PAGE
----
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JavaScript Weekly Issue 1
November 12, 2010
Welcome to the inaugural issue of JavaScript Weekly - thanks for signing up! I've had great fun with Ruby Weekly and wanted to branch out to a more recent programming interest of mine - JavaScript!
If there are things you want (or don't want) to see in JavaScript Weekly or if you just have suggestions, e-mail me at With that, onwards..
This week's top news
jQuery Mobile Alpha 2 Released jQuery Mobile is a touch-optimized framework (iOS and Android are currently best supported) that uses jQuery and jQuery UI for its foundation. Today, John Resig has announced a second alpha release and suggests a final 1.0 release will occur in January 2011.
jQuery 1.4.4 Released jQuery 1.4.4 has been released and focuses on basic tweaks and bugfixes. The only new feature is a new Effects function called fadeToggle() that brings built-in toggling to fading effects. jQuery 1.5 is now the team's focus with an early 2011 release in the works.
Infrastructure Company Joyent Invests in Node.js node.js founder Ryan Dahl reports that he has made an 'agreement with Joyent that officially puts Node under their roof' with the company sponsoring his work on the popular JavaScript framework.
New Firefox 4 Beta Boasts Crazy JavaScript Performance Mozilla has rolled out a new Firefox 4 beta release with the biggest improvements coming in JavaScript and graphics performance. Firefox 4's JavaScript engine now clocks in at between 3-5 times faster than 3.6.12 on various JavaScript benchmarks. Also, WebGL (think Canvas but 3D) support is now enabled by default.
Announcing a Node.js Book Project Yahoo! developer Tom Hughes-Croucher has announced a preview release of his upcoming book, Up and Running With Node.js. It's still early days with only about 25 pages shared but it shows promise.
Introducing the new YUI Test Yahoo has announced a new YUI Test project with a goal to create a complete JavaScript testing solution that encompasses all parts of the testing process. It even includes a Selenium driver.
Rebecca Murphey Offering jQuery Fundamentals Course jQuery guru Rebecca Murphey has teamed up with CodeLesson to offer a jQuery Fundamental course, starting in January 2011. It costs $395 but you get four weeks of jQuery tuition and Rebecca will be on hand throughout.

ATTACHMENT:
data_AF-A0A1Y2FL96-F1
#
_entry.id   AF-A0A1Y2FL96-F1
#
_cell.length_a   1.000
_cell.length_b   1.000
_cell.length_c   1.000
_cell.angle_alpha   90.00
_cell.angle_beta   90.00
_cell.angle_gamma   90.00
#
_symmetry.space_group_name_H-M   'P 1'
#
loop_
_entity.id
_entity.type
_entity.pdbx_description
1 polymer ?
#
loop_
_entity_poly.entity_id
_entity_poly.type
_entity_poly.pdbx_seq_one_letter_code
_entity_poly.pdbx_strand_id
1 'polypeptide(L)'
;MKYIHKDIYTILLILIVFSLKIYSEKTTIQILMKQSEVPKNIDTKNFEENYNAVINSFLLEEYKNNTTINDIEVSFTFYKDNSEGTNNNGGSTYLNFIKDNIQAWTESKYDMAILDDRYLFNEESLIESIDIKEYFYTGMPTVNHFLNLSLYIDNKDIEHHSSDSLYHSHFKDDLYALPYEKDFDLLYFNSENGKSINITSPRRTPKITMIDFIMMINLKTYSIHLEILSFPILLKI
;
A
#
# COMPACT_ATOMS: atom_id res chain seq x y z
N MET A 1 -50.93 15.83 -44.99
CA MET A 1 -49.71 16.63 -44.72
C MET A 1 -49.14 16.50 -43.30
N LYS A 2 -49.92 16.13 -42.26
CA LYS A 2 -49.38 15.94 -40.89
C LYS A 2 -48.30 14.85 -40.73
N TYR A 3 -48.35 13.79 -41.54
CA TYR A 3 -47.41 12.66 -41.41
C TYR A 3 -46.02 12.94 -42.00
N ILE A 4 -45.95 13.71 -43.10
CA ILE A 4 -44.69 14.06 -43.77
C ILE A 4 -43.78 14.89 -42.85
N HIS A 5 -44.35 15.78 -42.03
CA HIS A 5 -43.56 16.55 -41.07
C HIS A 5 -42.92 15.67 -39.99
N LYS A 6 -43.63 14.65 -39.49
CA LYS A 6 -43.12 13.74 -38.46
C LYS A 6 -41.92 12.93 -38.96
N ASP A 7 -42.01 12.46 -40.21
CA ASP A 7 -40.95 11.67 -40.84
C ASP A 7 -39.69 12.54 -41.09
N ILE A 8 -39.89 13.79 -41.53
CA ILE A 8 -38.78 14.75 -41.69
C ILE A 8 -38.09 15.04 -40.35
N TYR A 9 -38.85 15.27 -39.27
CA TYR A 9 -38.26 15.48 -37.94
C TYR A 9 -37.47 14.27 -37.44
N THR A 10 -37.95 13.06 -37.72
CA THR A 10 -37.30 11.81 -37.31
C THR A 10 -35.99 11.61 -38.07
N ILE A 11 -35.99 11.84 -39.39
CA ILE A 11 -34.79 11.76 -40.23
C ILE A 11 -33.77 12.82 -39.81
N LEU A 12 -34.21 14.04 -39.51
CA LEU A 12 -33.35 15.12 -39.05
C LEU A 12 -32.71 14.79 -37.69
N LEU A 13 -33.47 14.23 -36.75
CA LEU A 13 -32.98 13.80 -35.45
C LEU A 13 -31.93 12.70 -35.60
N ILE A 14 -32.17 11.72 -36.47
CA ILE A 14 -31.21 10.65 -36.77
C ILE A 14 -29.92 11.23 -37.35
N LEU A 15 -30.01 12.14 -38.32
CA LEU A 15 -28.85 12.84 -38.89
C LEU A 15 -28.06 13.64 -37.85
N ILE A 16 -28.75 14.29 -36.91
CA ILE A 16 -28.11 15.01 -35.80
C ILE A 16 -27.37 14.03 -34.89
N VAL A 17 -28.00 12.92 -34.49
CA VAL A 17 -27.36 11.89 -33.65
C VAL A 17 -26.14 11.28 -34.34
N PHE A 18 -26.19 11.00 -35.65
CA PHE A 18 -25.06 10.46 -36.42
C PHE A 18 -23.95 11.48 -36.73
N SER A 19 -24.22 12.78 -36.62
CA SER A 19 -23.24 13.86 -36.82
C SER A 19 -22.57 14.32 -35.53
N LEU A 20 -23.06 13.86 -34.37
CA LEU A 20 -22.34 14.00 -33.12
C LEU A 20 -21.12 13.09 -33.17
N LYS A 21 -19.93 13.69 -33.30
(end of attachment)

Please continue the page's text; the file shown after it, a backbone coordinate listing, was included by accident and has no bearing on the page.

This week's top articles
Building a Simple Node.js Web Service [Video] Keir Whitaker presents a 10 minute video on building a simple Web service (to perform operations on numbers) with Node.js. Compellingly short, and he says "huge dump" half way through too.
Organizing a jQuery Application Justin Meyer presents a walkthrough of using JavaScriptMVC to organize a jQuery-based JavaScript app, based around the separation of concerns.
Roll your own PubSub with DNode James Halliday demonstrates how to use the DNode remote method invocation library to build a publish/subscribe messaging service with JavaScript and Node.js.
Learning JavaScript with Object Graphs (Part 3) The third in a series of great articles by Tim Caswell digging into JavaScript's object system. This time around, Tim compares JavaScript's object model to that of Ruby.
37signals' Chalk Dissected Sami Samhuri tears apart 37signals' purely Web based "Chalk" drawing app and looks at how it works. A good teardown of a well designed but small JavaScript and HTML5 project.
A JavaScript Starfield on Canvas Charles Leifer presents a quick demo of a "starfield" effect (think the intro to Star Trek) built using JavaScript and Canvas. The code is shown inline and provides a short, well structured example of producing a basic Canvas-based effect.
Listing Your GitHub Projects using JavaScript Andrew Davey demonstrates how to create a simple JavaScript widget to put on your site in order to show off your GitHub projects.
Building a GameBoy Emulator in JavaScript Not new this week but this series of articles about building a Nintendo GameBoy emulator in JavaScript is a compelling and on-going project.
Interesting new libraries and code
Introducing node-canvas - A Server-side HTML 5 Canvas API Node-canvas is a Cairo-backed Canvas implementation for Node.js. Essentially, imagine the typical browser-based Canvas API but having it server side. It comes with several great examples.
jsii - Full Text Search in 1000 Lines of JavaScript jsii provides an in-memory inverted index within approx 1000 lines of JavaScript. Some more lines are necessary to set up a server via node.js, so that the index is queryable via http and returns Solr-compatible JSON or XML.
backbone-couchdb: Give your CouchDB app some Backbone backbone-couchdb is a Backbone.js connector that overrides the default sync-behavior of Backbone and connects your app to your CouchDB database. The result? You don't have to write any server-side if you don't want to.
Dynamically generated MIDI in JavaScript Sergi Mansilla is working on a JavaScript library to let you produce MIDI files that you can play directly in the browser. It's very new and support is patchy but an interesting project nonetheless.
DNode - Asynchronous Remote Method Invocation DNode is a node.js library for asynchronous, bidirectional remote method invocation across the network. Transports for network sockets and WebSocket-style connections are available. Think Ruby's DRb but for JavaScript (and on steroids).
Snippet - A JQuery Syntax Highlighter Snippet is a jQuery syntax highlighting plugin built on top of the SHJS script. Snippet provides a quick and easy way of highlighting source code passages (in languages like C, CSS, HTML, Ruby, XML, SQL, Python and more) in HTML documents.
Silly link o'the week
Enterprise JavaScript Enterprise JavaScript provides a barrage of proven high performance, enterprise-level and scalable JavaScript tips and best practices. Or not.
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